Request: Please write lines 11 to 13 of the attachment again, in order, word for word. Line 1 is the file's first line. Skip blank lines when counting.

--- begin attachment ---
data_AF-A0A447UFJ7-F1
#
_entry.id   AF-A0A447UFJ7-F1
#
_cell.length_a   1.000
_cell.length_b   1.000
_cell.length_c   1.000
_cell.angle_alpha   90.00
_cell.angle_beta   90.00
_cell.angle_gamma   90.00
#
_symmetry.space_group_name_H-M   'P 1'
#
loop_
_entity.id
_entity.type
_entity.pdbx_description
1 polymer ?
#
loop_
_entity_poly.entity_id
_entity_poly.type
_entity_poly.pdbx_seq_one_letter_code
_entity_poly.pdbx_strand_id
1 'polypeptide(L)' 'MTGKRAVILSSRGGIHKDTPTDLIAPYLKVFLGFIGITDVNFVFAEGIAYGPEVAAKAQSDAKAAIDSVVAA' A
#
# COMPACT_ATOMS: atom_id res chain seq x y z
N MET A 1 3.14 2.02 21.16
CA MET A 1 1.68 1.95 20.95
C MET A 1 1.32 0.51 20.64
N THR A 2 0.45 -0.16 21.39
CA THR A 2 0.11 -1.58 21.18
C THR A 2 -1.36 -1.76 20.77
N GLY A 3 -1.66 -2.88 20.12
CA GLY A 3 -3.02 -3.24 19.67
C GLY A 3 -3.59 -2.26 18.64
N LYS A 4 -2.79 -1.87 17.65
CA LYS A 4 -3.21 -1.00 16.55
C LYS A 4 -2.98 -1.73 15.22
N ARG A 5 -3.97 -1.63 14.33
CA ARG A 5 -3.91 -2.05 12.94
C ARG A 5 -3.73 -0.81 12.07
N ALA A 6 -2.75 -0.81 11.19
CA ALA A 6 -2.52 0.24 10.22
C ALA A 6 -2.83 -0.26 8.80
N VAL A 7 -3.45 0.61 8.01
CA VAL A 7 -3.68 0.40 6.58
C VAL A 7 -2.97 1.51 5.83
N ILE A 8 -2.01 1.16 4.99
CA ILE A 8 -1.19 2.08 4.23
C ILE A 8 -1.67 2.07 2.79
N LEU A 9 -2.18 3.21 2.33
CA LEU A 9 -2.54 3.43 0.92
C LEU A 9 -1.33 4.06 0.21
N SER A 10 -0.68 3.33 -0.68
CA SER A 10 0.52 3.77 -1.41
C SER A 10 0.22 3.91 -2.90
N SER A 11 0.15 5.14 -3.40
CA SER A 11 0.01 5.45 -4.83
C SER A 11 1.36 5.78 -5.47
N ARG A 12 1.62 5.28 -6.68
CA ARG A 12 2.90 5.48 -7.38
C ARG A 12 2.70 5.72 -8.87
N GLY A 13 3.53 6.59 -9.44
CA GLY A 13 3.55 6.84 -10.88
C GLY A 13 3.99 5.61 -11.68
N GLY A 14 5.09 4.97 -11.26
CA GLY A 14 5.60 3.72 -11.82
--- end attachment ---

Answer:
#
_symmetry.space_group_name_H-M   'P 1'
#